The reed forest protects starlings
The reed forests are located in the most sodden areas of the salt marshes. Foxes and other terrestrial predators won't go out there, as it would entail plodding through mud and water. Birds of prey are not a concern at night, as they rely heavily on their eyesight when hunting. Starlings can therefore spend the night dry and in safety between the reeds.
Starlings don't collide
One wonders how starlings are able to move so quickly in the sky, in such close formation, without colliding with each other. Starlings have no special sixth sense to make this possible. On the other hand, they are equipped with extraordinary reflexes that are almost 20-times faster than a human’s.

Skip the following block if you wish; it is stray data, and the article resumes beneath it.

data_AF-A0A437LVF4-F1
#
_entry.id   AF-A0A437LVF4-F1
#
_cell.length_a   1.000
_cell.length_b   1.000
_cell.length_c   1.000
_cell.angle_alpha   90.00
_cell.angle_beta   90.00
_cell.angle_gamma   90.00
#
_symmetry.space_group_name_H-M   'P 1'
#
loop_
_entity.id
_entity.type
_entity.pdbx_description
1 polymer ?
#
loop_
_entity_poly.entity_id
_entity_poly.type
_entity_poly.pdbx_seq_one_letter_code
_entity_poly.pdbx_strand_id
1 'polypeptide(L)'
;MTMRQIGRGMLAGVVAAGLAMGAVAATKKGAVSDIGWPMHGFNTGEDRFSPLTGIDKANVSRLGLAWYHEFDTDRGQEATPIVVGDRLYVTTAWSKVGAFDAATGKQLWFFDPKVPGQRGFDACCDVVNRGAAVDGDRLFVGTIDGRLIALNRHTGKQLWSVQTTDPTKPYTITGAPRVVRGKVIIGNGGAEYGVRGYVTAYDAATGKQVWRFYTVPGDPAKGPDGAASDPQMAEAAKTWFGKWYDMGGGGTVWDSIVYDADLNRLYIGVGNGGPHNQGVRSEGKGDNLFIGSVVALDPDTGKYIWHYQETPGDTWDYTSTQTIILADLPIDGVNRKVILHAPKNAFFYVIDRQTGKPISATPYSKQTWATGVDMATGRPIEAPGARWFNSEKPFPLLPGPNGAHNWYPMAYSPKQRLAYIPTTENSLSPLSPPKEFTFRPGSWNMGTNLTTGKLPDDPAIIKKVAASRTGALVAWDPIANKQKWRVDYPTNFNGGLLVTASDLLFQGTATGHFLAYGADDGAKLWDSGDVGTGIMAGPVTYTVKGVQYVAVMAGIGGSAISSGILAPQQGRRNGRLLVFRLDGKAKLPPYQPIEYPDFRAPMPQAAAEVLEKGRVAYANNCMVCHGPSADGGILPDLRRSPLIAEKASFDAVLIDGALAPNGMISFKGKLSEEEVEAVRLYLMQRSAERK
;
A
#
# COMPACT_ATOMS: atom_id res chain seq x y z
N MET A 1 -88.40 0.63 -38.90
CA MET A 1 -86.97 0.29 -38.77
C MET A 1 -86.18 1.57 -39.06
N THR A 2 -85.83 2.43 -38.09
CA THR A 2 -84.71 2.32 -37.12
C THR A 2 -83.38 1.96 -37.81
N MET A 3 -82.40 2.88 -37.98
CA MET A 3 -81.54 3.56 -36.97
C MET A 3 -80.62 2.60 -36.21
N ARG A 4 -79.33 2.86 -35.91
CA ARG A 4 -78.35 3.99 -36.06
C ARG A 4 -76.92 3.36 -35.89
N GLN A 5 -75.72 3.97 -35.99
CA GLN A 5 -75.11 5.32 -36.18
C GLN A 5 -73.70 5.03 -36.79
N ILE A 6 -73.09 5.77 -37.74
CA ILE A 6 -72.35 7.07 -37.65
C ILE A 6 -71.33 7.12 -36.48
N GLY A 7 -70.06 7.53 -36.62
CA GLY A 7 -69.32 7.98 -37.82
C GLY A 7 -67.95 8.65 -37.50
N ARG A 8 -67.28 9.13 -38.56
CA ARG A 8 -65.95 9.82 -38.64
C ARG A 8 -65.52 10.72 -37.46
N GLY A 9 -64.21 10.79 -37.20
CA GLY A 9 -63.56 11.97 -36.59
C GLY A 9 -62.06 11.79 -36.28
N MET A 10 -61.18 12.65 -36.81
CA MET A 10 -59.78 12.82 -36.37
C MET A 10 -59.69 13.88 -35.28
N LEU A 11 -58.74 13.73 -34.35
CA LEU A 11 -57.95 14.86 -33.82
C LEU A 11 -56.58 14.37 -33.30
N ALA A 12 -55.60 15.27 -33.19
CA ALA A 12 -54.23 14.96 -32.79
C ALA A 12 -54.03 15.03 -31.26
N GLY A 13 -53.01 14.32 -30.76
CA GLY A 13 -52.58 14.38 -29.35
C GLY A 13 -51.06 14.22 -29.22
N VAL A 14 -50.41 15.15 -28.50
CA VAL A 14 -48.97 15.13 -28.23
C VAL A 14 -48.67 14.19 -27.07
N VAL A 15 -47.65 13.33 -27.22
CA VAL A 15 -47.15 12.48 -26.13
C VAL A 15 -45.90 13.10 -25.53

Black sun in the spring
Even though most people probably associate black sun with autumn, it also occurs during spring. Starlings make their way to the salt marshes and perform their dance against the evening sky from the beginning of March until mid-April. This is when they gather strength for the breeding season. Starlings do not only breed in Denmark, they also fly to other Baltic countries and Norway to breed. The breeding season lasts until August, after which the starlings return to the Wadden Sea